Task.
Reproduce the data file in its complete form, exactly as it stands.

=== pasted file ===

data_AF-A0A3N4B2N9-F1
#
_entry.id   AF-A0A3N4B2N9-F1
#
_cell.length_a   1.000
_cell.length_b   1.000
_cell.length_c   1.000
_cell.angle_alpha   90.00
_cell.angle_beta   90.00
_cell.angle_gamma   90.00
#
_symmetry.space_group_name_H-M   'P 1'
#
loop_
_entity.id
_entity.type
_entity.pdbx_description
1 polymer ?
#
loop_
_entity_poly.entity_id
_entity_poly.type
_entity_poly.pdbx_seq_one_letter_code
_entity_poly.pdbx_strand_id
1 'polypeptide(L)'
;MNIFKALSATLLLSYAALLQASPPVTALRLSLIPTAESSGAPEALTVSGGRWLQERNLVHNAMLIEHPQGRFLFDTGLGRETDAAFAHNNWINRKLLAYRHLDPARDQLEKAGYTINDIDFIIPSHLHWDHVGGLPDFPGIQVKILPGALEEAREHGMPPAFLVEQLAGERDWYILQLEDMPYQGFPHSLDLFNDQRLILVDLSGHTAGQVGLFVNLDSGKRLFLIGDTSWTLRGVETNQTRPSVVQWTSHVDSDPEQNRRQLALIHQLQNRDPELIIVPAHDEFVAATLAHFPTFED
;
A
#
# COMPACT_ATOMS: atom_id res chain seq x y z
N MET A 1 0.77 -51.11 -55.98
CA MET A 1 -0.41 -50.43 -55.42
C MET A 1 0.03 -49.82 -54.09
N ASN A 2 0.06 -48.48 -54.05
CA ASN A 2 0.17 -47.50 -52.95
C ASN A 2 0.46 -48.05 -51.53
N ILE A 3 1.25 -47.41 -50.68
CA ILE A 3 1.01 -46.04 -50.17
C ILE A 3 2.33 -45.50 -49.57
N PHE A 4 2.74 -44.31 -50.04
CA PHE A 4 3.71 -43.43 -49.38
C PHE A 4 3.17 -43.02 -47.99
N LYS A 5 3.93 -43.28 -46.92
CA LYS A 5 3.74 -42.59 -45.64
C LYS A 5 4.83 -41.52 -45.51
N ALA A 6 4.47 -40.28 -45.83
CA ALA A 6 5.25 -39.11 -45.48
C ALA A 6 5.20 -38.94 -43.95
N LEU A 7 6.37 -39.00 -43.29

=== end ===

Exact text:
data_AF-A0A3N4B2N9-F1
#
_entry.id   AF-A0A3N4B2N9-F1
#
_cell.length_a   1.000
_cell.length_b   1.000
_cell.length_c   1.000
_cell.angle_alpha   90.00
_cell.angle_beta   90.00
_cell.angle_gamma   90.00
#
_symmetry.space_group_name_H-M   'P 1'
#
loop_
_entity.id
_entity.type
_entity.pdbx_description
1 polymer ?
#
loop_
_entity_poly.entity_id
_entity_poly.type
_entity_poly.pdbx_seq_one_letter_code
_entity_poly.pdbx_strand_id
1 'polypeptide(L)'
;MNIFKALSATLLLSYAALLQASPPVTALRLSLIPTAESSGAPEALTVSGGRWLQERNLVHNAMLIEHPQGRFLFDTGLGRETDAAFAHNNWINRKLLAYRHLDPARDQLEKAGYTINDIDFIIPSHLHWDHVGGLPDFPGIQVKILPGALEEAREHGMPPAFLVEQLAGERDWYILQLEDMPYQGFPHSLDLFNDQRLILVDLSGHTAGQVGLFVNLDSGKRLFLIGDTSWTLRGVETNQTRPSVVQWTSHVDSDPEQNRRQLALIHQLQNRDPELIIVPAHDEFVAATLAHFPTFED
;
A
#
# COMPACT_ATOMS: atom_id res chain seq x y z
N MET A 1 0.77 -51.11 -55.98
CA MET A 1 -0.41 -50.43 -55.42
C MET A 1 0.03 -49.82 -54.09
N ASN A 2 0.06 -48.48 -54.05
CA ASN A 2 0.17 -47.50 -52.95
C ASN A 2 0.46 -48.05 -51.53
N ILE A 3 1.25 -47.41 -50.68
CA ILE A 3 1.01 -46.04 -50.17
C ILE A 3 2.33 -45.50 -49.57
N PHE A 4 2.74 -44.31 -50.04
CA PHE A 4 3.71 -43.43 -49.38
C PHE A 4 3.17 -43.02 -47.99
N LYS A 5 3.93 -43.28 -46.92
CA LYS A 5 3.74 -42.59 -45.64
C LYS A 5 4.83 -41.52 -45.51
N ALA A 6 4.47 -40.28 -45.83
CA ALA A 6 5.25 -39.11 -45.48
C ALA A 6 5.20 -38.94 -43.95
N LEU A 7 6.37 -39.00 -43.29